Tuesday, December 23, 2014

The Double-Edged Sword of Success

The Double-Edged Sword of Success
By Jill Jenkins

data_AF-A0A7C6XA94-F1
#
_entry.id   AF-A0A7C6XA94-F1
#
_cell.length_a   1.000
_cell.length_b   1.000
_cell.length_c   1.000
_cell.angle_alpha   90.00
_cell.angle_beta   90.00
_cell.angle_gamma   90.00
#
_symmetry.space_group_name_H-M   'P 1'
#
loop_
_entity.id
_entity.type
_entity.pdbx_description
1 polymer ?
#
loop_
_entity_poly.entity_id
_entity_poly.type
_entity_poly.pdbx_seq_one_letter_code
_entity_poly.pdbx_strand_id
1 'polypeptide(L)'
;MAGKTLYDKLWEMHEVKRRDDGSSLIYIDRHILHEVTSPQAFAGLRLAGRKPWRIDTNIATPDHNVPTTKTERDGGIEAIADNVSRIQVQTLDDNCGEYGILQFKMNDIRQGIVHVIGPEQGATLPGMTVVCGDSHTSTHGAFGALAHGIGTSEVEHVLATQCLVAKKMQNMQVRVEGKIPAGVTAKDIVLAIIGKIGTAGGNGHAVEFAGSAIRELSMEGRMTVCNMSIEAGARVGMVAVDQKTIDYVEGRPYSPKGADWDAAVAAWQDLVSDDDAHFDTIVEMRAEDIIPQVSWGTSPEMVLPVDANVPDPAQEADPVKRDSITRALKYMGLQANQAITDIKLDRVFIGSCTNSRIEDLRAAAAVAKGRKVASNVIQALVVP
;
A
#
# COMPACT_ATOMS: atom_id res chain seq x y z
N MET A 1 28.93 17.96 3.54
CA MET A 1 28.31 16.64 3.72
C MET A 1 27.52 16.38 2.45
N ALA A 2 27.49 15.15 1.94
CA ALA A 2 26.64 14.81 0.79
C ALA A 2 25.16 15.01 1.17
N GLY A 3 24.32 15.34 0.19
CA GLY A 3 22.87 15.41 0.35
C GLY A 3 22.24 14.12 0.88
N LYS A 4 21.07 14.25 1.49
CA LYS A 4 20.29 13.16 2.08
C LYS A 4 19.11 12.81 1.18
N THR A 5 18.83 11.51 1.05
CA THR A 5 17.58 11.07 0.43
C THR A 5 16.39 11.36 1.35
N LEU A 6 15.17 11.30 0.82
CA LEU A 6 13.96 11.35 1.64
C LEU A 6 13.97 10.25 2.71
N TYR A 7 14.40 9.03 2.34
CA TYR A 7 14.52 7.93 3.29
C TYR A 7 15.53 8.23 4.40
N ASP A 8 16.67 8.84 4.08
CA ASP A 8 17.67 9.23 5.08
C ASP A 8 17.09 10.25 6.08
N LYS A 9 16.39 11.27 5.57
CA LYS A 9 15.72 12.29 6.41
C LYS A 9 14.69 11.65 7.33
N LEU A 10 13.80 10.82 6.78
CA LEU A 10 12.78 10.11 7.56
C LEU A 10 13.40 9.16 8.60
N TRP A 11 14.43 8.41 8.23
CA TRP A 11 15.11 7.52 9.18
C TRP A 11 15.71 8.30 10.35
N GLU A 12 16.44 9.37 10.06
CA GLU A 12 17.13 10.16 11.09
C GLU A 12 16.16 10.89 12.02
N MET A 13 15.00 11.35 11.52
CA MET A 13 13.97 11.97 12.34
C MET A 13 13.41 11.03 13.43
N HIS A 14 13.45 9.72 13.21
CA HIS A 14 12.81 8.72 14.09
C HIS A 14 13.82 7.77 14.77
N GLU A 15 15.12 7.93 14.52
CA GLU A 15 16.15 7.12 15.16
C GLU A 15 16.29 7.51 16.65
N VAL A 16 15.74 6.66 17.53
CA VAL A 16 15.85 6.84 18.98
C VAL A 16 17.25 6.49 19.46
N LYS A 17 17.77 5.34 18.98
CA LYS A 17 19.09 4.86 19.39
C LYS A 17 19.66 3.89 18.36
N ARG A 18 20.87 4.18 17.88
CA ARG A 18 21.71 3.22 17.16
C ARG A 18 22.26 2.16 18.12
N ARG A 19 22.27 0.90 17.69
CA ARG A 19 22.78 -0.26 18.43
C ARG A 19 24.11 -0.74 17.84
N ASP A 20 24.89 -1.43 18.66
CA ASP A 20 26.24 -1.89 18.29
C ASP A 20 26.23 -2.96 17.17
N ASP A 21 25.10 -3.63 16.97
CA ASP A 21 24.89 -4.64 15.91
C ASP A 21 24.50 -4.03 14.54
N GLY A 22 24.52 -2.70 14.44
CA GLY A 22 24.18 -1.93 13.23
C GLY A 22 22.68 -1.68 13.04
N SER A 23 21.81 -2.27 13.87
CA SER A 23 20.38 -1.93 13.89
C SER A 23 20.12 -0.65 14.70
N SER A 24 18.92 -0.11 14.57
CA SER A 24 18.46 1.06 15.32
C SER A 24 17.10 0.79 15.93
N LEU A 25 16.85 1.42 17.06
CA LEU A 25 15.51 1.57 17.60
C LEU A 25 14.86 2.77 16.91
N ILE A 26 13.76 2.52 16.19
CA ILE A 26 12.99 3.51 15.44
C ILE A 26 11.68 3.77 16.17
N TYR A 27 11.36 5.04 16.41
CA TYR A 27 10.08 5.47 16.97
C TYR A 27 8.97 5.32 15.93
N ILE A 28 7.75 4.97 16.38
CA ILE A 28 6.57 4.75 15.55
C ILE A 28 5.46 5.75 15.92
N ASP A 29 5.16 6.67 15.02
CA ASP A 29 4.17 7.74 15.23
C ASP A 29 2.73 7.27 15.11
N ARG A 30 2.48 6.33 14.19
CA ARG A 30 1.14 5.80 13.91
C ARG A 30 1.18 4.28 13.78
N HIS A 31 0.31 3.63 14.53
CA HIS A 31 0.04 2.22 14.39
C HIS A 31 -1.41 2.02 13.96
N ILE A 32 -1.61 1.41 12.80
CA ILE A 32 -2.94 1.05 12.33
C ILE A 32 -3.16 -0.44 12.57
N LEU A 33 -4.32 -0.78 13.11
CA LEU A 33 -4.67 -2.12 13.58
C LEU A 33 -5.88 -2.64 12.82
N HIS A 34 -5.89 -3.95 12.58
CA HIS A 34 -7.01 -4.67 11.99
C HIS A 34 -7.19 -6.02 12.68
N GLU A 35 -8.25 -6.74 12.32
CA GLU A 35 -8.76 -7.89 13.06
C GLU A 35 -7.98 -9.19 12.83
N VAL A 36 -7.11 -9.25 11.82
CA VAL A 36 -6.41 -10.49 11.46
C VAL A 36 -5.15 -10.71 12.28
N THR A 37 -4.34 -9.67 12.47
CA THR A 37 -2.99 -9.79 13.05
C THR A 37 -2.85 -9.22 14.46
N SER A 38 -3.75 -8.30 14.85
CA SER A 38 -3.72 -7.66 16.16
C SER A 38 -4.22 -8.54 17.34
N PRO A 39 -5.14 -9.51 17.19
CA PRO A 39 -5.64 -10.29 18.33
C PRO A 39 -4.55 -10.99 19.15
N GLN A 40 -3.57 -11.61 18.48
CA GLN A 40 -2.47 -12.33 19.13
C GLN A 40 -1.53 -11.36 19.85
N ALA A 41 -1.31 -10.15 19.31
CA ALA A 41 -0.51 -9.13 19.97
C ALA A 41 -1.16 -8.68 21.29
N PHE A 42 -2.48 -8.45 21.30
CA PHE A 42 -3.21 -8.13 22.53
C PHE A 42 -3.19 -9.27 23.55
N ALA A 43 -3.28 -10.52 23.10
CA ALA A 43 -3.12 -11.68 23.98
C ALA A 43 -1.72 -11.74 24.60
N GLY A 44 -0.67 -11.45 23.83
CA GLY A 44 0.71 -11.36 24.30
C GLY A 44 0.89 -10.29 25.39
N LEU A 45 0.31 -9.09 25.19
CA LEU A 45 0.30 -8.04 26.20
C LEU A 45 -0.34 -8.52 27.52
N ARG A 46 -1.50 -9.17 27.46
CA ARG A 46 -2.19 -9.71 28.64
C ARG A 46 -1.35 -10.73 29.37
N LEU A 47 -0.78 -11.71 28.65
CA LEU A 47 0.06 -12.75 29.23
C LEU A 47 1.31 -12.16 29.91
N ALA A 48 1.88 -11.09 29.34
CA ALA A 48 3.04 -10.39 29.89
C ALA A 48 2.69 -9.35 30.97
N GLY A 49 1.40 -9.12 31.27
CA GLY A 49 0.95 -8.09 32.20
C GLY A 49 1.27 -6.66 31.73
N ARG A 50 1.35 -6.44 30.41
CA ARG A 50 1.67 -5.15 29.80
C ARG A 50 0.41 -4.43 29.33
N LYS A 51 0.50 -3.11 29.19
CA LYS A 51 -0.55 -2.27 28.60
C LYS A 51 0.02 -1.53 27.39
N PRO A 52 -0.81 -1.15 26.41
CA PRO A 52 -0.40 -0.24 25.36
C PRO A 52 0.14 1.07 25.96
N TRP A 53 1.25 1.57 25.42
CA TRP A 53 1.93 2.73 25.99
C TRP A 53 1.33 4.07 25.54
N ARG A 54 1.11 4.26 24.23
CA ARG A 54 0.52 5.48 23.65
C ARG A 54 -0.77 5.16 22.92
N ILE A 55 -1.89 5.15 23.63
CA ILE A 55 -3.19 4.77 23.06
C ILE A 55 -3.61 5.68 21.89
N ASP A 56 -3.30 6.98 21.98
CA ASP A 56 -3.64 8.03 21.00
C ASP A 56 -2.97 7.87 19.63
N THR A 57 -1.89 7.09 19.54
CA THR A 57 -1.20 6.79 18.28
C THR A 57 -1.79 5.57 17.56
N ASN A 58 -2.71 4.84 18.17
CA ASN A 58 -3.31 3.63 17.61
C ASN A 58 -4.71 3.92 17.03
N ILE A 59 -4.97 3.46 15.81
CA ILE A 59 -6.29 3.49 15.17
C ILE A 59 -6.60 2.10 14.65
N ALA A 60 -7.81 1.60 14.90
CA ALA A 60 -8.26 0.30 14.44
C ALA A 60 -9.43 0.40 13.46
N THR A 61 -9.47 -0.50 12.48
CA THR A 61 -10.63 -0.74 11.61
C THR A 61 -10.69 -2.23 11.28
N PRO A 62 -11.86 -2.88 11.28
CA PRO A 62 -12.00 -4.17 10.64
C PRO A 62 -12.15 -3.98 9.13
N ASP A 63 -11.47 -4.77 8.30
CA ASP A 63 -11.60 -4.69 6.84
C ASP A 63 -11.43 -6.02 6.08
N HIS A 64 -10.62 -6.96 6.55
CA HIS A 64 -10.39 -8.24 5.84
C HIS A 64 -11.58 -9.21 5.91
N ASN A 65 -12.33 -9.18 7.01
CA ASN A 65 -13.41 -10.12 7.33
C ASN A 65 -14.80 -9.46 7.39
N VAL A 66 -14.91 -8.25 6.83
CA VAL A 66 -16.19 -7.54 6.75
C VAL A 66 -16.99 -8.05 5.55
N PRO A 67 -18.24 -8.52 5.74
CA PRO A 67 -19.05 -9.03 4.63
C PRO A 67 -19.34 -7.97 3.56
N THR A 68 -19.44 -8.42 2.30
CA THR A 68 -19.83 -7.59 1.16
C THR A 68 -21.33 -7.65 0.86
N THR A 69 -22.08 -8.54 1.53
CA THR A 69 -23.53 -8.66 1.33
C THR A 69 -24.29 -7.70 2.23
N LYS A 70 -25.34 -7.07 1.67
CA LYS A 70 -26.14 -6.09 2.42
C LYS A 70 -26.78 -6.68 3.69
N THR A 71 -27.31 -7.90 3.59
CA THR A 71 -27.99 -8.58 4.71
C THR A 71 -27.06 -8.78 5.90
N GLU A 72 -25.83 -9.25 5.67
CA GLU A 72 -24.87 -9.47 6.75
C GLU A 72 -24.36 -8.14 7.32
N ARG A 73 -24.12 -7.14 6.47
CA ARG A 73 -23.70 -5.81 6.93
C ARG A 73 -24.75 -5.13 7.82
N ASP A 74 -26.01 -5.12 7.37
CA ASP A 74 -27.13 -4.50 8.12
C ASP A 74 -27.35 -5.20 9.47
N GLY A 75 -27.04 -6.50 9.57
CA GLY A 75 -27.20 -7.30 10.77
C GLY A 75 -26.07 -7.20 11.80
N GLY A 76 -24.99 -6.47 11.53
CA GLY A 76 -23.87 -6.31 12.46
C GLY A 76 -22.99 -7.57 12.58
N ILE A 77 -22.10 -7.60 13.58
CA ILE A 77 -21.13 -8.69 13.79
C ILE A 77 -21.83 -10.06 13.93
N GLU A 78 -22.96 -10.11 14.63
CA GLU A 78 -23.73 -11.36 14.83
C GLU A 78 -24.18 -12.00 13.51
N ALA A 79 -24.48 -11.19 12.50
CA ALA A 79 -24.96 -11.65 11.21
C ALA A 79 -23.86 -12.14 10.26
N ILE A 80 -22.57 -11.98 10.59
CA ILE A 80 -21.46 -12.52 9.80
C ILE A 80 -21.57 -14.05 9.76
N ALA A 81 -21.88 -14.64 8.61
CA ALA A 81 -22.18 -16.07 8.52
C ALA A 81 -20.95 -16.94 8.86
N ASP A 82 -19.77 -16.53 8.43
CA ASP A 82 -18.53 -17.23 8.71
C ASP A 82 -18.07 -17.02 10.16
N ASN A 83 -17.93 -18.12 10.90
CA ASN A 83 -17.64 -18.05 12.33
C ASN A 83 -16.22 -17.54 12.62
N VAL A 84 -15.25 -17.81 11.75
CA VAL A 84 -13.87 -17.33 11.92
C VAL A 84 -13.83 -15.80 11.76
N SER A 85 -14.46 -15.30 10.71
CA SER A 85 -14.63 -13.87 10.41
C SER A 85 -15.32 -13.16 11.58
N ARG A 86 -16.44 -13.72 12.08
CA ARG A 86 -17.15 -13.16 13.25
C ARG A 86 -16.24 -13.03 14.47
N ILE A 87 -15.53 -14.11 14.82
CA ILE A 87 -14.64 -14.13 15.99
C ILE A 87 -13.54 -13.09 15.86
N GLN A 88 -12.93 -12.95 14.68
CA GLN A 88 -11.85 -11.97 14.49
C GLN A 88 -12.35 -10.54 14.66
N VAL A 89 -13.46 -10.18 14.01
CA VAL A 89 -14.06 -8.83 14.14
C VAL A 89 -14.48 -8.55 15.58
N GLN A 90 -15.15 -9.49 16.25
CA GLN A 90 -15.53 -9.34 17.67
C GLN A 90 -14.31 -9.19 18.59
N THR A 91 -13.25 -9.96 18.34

When assessment is used effectively, it can dramatically improve students’ learning; however, when it is used incorrectly, it obstructs students’ learning.  Backward design offers educators the best alternative to improving student performance.  First, teachers should ask what learning goal is to be taught.  Since the Common Core has 37 Learning goals in Language Arts alone with additional subordinate learning goals under many of them, a teacher has many to select from.  Second, determine how the student will demonstrate mastery of the goal. That means design an assessment that will demonstrate that the child has learned the goal.  Third, design a variety of methods to teach the goal. Keep in mind that students learn in different ways, so each learning goal must be approached using multiple learning styles.  Finally, what will the teacher do when for the students who do not demonstrate mastery of the learning goal? Remember, summer school is not an option because school districts don’t have the capital. Surprise we aren’t finished yet.  After the students complete the assessment, the data from the test needs to be evaluated.  All of the teachers in the school should have given the same assessment, but they may not have taught the learning goal in the same way.  To be effective, the scores of all of the teachers should be compared.  The techniques of the teachers who were the most successful should be shared with those who are less successful.  If there is a teacher who is continually less successful, the administrator needs to evaluate the teacher’s effectiveness and offer either support or terminate the teacher.